Sunday, August 29, 2010

New Kid, Old Toys

As a mother of two kids with a four and a half year age difference, I find myself spending a lot of time and energy on the use (and abuse) of the toys in our house. With Ayaan, this was never a challenge since the toys that came into the house were always specifically for him and he made the transition from rattles to blocks to playdoh in an age appropriate manner. But with Tarana, that option simply does not exist because Ayaan's toys are already in existence, most of them with dire warnings like 'Not suitable for children under 36 months' and 'Contains small parts that may be a choking hazard'.

And, of course, she finds her big brother's toys far more interesting than her own. Paradise for her is finding herself in front of one of his open toy drawers. So the rattles usually lie ignored while she prefers to play with his wooden blocks and toy cars. Supervising her playing, therefore, can be quite a high stress enterprise.

To start with, there is the constant tussle. She is most interested with what Ayaan happens to be playing with at the moment. And she has to only show the slightest interest in a toy for that to become the very toy that Ayaan wants to play with at that very moment. It usually doesn't end well since there is an inevitable struggle that ends with Tarana either getting hurt as Ayaan snatches something from her or pushes her or in Tarana having an indignant tantrum when she is denied the object of her choice. 

Then there is the whole choking hazard thing. One has to watch her like a hawk because dangers lie everywhere. One day, the wheels on one of the dinky cars broke off as she was playing with it and had to be taken away from her before she put it in her mouth. Another time, I noticed some greenish liquid dribbling from her mouth and got the fright of my life - thankfully it was just a piece of green chalk that she had popped into her mouth and was most upset to have fished out. (For once Dr. Google was reassuring.) This eagle eye business is doable when Ayaan is entertaining himself but when he wants to me read to him or play something with him, I need to call my maid in to watch Tarana. I wonder, how do mothers without any help manage?

The other problem is that Ayaan is into colouring and crafts in a big way these days. So when he is not building crash scenarios with his ever-growing collection of airplanes, he wants to make something that involves working with one of more of the following: paints, playdoh, glue, scissors and crayons. Tarana is attracted to all of these like a moth to a flame and there are essentially two scenarios that ensue:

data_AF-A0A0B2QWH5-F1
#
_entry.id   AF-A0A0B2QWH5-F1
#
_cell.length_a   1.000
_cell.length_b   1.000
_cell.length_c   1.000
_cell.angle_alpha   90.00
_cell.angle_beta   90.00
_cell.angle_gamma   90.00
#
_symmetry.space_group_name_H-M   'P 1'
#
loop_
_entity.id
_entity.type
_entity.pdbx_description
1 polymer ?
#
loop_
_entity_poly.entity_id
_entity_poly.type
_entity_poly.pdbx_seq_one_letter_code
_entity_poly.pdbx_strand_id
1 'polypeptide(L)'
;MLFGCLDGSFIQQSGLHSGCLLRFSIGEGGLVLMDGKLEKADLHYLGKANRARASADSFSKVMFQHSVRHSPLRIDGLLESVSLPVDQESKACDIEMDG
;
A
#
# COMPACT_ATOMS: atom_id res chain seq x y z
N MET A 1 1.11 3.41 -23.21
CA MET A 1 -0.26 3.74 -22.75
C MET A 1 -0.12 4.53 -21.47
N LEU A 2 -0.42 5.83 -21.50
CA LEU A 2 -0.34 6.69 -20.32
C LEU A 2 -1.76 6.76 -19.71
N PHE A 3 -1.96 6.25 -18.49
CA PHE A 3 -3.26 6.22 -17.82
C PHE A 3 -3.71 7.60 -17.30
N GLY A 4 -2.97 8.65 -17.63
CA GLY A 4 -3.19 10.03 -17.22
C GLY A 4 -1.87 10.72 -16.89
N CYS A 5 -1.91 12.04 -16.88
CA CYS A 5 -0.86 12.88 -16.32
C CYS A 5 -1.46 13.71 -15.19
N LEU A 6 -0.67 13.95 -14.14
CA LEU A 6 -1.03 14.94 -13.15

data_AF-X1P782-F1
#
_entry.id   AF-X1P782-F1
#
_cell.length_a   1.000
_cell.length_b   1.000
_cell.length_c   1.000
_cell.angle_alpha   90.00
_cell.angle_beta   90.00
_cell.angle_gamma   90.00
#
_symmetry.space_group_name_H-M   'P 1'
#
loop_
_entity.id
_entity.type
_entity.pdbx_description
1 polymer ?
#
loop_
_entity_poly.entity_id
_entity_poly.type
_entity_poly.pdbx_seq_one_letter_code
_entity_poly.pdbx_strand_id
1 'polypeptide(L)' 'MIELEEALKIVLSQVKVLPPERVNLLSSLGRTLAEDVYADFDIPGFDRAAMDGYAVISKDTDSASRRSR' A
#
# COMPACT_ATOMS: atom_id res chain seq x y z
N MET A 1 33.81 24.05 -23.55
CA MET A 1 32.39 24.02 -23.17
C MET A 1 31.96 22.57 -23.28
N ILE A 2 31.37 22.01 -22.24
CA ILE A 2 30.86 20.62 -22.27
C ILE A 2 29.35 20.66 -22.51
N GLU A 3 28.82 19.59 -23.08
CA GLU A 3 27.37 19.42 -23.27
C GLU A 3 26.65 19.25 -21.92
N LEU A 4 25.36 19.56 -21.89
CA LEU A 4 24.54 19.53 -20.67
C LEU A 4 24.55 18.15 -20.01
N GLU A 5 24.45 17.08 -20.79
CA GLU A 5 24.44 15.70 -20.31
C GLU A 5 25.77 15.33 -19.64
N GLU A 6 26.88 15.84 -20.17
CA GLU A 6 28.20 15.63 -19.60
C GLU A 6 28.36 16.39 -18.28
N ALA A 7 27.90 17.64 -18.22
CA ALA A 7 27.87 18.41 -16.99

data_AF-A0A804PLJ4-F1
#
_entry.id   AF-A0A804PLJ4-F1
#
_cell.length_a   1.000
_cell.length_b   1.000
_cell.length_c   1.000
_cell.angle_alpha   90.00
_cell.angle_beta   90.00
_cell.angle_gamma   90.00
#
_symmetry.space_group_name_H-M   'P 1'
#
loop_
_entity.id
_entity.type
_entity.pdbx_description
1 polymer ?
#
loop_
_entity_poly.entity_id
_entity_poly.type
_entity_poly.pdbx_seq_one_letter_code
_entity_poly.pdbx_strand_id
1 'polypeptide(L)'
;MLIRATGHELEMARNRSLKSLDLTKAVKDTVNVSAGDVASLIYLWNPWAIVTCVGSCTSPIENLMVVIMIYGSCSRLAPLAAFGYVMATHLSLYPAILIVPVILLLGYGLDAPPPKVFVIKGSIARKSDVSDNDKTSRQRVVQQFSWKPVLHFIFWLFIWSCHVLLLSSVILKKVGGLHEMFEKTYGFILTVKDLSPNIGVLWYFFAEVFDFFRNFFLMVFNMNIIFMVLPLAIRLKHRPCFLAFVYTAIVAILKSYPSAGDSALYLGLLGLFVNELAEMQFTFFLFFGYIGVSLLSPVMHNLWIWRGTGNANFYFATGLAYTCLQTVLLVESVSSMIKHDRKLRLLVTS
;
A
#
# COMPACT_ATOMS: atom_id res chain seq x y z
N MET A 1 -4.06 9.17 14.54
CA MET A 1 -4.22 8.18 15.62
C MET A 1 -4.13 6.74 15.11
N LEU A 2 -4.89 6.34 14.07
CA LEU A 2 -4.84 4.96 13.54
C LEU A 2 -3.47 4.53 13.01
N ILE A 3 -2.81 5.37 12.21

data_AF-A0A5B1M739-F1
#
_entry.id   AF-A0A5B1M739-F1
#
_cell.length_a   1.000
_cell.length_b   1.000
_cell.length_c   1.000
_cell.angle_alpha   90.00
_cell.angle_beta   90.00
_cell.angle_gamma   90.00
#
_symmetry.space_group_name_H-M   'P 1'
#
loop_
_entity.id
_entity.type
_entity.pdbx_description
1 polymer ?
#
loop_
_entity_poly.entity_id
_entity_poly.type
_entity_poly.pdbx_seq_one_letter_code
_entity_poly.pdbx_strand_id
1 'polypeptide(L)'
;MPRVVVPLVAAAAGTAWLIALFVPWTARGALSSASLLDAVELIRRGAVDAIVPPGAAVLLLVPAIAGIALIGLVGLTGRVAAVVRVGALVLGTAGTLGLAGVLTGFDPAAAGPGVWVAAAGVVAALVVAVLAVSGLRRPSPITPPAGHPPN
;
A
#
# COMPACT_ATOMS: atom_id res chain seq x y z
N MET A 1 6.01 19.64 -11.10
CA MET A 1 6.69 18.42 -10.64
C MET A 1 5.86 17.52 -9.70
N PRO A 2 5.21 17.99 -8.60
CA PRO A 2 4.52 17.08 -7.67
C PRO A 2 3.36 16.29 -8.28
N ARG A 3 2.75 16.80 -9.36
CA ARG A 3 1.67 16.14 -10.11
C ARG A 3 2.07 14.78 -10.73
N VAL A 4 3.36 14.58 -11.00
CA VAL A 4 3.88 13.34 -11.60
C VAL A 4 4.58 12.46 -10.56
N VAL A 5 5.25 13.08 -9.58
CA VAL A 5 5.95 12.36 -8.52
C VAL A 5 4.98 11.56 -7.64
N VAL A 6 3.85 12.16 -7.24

1. She gets her into his 'art', ruins it and Ayaan has a meltdown
2. She is intercepted in time and has an immense meltdown

To avoid a potential meltdown on the part of one or both kids, they need to be separated when Ayaan is doing crafts. Between me and the maid, one of us does crafts with Ayaan in his room (with the door closed, because no other place on earth holds the kind of fascination for Tarana that her brother's room does) while the other plays with Tarana in the living room. Again, moms with two kids and no help, what do you do?

There is the matter of the toys themselves. Some of Ayaan's stuff has not been designed to survive the ministrations of the pre-toddler brigade. With him, we only had board books but she has managed to get her poky little hands on a couple of his books and tear the pages before she could be stopped. Ayaan is no saint either and I wonder how long her walker-cum-wagon will survive, given his tendency to convert it into a racing car.

All in all, I am quite looking forward to the days when they can be counted upon to play together without doing any damage to the toys or each other. Because that will be the day I crack open a bottle of tequila, make myself a margarita and snuggle up with a book while they get on with the business of keeping each other entertained.

Wednesday, August 25, 2010

Redefining Rakshabandhan

Yesterday was Rakshabandhan. The festival is all about brothers and sisters, so this was the first year that Ayaan could legitimately participate, having a baby sister and all.

All these years, I have never thought twice about the way the festival is traditionally celebrated - the sisters tie rakhis on their brothers, the brothers vow to protect the sisters and the sisters in turn pray for the well-being of their brothers. I simply followed the ritual and tied rakhis on all my brothers and cousin brothers.